This is the blog for GW students taking Human Evolutionary Genetics. This site is for posting interesting tidbits on: the patterns and processes of human genetic variation;human origins and migration; molecular adaptations to environment, lifestyle and disease; ancient and forensic DNA analyses; and genealogical reconstructions.

GWHEG figure

GWHEG figure

Tuesday, December 4, 2018

Epigenetics found in Single-Cell Archaea, not just Eukaryotes

By; Maria Groussis

In a study by the University of Nebraska-Lincoln, epigenetics was found in single-celled archaea, meaning that they are not only present in eukaryotes as previously thought. Evidence of epigenetics was found in Sulfolobus solfataricus, a sulfur-eating species that live in the boiling, acidic springs of Yellowstone National Park. Through previous studies where they increased levels of acidity through the years, scientist developed three independent and genetically different strains. These super acid-resistant derived strains were named Crenarchaeota (SARC) and they showed a resistance 178 times greater than that of their Yellowstone ancestors. This heritable acid-resistance trait was believed to be resulted from a mutation, but this later was proven to be a false assumption. By sequencing the genomes of the three strains of SARC (SARC-C, SARC-O, and SARC-I) and comparing it to the parental genome the mutations were found. SARC-C had 5 mutations and SARC-O had 29, while SARC-I had none. This implies SARC-I must have a different non-mutation mechanism. The scientists then disrupted proteins that are thought to control the expression of resistant-relevant genes and left no change in the DNA. This immediately stopped the resistance in future generations. Therefore, it can be concluded that SARC-I has an epigenetic-like mechanism.

This new evidence of Archaea having epigenetics indicates that it is not as relatively ‘new’ thing to the Earth. It also raises the question whether the shared common ancestor of Archaea and Eukaryotes had this mechanism, or did each evolve epigenetics independently through coevolution. This also raises the question if epigenetics is the reason why no known archaea cause disease or are antibiotic like bacteria. This finding could accelerate the study of epigenetics in Humans. The differentiation of eukaryotic cells and the occurrences of cancer makes it difficult to study in eukaryotes, but the simplicity of archaea and the structural similarity to eukaryotes make it easier to study. Using archaea to study epigenetics is also faster and cheaper. This may finally help scientists determine how to reverse epigenetics and learn how to switch it on and off.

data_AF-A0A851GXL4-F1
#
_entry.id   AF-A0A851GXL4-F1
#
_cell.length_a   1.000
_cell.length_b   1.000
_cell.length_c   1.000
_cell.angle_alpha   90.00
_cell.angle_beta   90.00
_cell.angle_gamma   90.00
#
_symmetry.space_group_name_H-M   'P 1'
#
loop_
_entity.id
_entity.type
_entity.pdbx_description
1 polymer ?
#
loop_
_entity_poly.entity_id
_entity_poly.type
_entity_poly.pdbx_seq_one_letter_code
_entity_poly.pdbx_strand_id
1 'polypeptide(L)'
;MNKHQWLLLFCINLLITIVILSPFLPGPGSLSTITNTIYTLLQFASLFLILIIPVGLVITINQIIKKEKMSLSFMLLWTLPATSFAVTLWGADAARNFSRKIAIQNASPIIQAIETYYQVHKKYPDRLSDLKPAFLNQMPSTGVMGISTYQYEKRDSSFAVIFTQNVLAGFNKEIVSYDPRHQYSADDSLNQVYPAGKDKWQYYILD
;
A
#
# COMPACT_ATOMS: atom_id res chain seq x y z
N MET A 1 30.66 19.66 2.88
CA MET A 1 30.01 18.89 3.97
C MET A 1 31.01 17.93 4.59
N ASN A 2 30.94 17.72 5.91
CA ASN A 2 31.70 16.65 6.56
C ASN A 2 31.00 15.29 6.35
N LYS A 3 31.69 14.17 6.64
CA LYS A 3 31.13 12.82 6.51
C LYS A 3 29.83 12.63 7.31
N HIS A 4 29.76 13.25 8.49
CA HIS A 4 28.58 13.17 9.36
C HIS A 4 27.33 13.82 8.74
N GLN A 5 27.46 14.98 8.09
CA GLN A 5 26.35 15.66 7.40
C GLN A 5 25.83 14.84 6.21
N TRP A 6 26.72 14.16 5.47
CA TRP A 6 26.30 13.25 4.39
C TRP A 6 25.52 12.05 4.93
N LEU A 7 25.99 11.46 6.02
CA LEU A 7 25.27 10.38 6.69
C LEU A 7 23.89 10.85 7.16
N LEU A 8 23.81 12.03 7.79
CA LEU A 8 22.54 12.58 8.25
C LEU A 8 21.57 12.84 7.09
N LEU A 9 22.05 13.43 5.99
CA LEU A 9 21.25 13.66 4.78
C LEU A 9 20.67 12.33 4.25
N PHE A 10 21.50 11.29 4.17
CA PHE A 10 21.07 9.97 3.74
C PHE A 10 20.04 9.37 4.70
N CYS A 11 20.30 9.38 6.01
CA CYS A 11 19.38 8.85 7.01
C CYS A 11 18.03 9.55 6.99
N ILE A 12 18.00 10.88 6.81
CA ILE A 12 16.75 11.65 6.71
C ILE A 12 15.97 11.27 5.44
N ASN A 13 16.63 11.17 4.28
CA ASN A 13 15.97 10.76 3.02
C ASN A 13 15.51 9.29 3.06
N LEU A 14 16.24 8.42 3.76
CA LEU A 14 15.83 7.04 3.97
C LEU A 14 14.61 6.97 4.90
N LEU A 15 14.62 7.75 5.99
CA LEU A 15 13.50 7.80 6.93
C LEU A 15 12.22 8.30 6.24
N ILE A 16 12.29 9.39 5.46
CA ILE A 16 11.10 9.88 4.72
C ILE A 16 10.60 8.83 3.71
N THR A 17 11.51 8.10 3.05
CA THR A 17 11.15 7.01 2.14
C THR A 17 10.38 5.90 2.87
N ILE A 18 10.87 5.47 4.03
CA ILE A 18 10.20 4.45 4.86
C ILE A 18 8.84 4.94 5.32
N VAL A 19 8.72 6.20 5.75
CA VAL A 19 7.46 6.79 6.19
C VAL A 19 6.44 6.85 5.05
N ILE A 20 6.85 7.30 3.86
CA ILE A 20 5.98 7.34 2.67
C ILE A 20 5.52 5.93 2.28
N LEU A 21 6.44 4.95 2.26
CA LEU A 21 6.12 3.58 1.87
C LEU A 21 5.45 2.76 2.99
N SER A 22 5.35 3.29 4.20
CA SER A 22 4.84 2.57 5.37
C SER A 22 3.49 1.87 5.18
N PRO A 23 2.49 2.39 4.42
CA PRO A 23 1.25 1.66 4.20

Monday, December 3, 2018

According to an article titled "Coffee or Tea? The Answer Might Be In Your Genes" written by Nicola Davis, a genetic predisposition to perceiving the bitterness of particular substances is key in our selection of beverages. This study involves two sets of data. The first study shows that particular genetic variants are linked to the strength of perception of different tastes: one specific variant was associated with slightly higher ratings of bitterness for caffeine and another to great bitterness for quinine and a third to greater bitterness for a drug known as propylthiouracil, or prop. The team found people with a greater genetic predisposition to perceiving the bitterness of caffeine drank a little more coffee but an increase perception of the bitterness of quinine and prop were linked to a small reduction in coffee drinking. The team also found that greater perception of the bitterness of prop was linked to a lower chance of being a heavy drinker of alcohol. Their findings also lead to the conclusion that people who prefer to drink tea, drink it as it contains a lower concentration of bitter substances meaning that it might prove more acceptable than coffee to those with a heightened perception of bitterness. It has also been reported that the preference towards tea can be seen as a consequence of abstaining from coffee because our genes might have made coffee a little bitter for our palates to handle.

Nana Evison